I don’t want to be your Feather. Not Yet.

I know this will resonate with parents who have felt loss.  I know I will find others who grieve decades later.  I know there’s many who question if it’s ‘normal.’  The answer is yes, especially childhood grief.  Feel it, feel it all.

I was 13 when I held his hand.  It was cold, he was nearly there.  He had a few more steps to climb before his role of Daddy became a whole lot different to the majority of my peers.  My daddy wouldn’t be seen anymore.  He’d become my angel.  His hand in this world left mine for the last time.  I often wish I’d chosen that exact moment to leave him.  Instead I chose to visit one last time – to this day, I wish I hadn’t.  An image so frequently I try to ‘delete’.


Last night I had been engulfed with grief.  It happens. Far less frequently but far more frequently since I became a mother.  The smallest thing can trigger it.   A lack of sleep, a movie, a sentence or a familiar place.  Loss like this stays.  The feelings, the sadness and the fear.  It’s never an option to forget those moments,  it’s a journey of living side by side with them, accepting them and allowing those lessons to guide you down paths that others wouldn’t walk. Pain has this unexplainable way of bringing joy, gratitude and strength like no other.  If you choose to trust it, to walk forward with it until it turns into something else.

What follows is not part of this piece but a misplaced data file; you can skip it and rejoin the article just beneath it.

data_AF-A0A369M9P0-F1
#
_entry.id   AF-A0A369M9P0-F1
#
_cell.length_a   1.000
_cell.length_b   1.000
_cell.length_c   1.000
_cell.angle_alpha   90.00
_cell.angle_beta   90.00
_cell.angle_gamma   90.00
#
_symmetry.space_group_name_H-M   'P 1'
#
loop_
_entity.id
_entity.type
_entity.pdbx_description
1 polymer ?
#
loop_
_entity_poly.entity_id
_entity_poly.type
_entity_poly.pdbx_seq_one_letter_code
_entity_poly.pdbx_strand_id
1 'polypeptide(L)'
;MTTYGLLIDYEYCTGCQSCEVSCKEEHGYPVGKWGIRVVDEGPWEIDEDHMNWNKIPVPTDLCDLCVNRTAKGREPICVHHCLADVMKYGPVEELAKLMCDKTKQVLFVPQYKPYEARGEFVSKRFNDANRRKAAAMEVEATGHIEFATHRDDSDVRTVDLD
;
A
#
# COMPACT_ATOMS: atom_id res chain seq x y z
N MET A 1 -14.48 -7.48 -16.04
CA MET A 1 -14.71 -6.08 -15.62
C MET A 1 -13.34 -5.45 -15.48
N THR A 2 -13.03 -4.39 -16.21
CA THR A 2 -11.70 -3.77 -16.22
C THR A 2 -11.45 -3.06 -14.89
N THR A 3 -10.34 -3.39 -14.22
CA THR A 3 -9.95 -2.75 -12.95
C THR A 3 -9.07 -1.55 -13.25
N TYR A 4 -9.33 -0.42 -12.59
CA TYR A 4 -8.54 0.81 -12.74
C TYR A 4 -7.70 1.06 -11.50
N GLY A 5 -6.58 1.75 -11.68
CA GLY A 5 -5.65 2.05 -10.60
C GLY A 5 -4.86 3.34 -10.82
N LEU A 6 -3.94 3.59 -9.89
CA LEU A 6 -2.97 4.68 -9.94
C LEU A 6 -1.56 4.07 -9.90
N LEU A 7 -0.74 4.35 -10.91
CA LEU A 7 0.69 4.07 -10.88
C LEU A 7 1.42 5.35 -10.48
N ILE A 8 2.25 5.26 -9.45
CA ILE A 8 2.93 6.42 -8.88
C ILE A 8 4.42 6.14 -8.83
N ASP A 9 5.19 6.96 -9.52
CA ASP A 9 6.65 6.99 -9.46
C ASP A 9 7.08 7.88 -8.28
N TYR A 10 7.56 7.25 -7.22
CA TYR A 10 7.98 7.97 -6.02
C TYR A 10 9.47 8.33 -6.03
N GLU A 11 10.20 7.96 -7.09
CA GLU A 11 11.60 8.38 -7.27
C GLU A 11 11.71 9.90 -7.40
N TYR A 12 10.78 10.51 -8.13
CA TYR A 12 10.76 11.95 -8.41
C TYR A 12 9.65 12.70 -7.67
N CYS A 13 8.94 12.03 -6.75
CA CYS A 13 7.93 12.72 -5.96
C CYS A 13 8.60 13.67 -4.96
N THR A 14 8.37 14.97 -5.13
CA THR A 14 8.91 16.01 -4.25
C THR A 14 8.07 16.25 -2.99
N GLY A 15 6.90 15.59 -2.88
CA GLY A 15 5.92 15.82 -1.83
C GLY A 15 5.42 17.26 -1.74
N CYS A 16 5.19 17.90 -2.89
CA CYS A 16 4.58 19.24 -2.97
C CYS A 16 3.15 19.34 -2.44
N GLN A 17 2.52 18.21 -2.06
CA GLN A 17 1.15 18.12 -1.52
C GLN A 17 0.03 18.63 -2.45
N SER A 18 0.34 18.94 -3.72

Since my decision to cut alcohol completely out my life and remove myself from ‘triggers’, my diagnoses with PTSD has become a little more distant in my mind.  I’ve started to become accustomed to the idea that maybe I soon will be the person telling my story of how I overcame my illness, of how I rid myself of those four letters and began to live a life entirely in the present.

I speak often of stepping back in order to move forward and I feel last night was another step in the right direction.  I needed to grieve.  I find the more progress I make, the harder my falls become.  So last night was tough.  I find I grieve more for the child I was than the adult I am.  I grieve for her, the little girl so very lost and alone.

This is part of my healing.  My counsellor encourages these emotions and urges me to feel them.  My inner child needs to be heard for all the years she sat in silence.  Now I’m listening.   I’m all ears and I’m sharing her story.  She’s being heard and she’s helping thousands in the process.  Her story counts.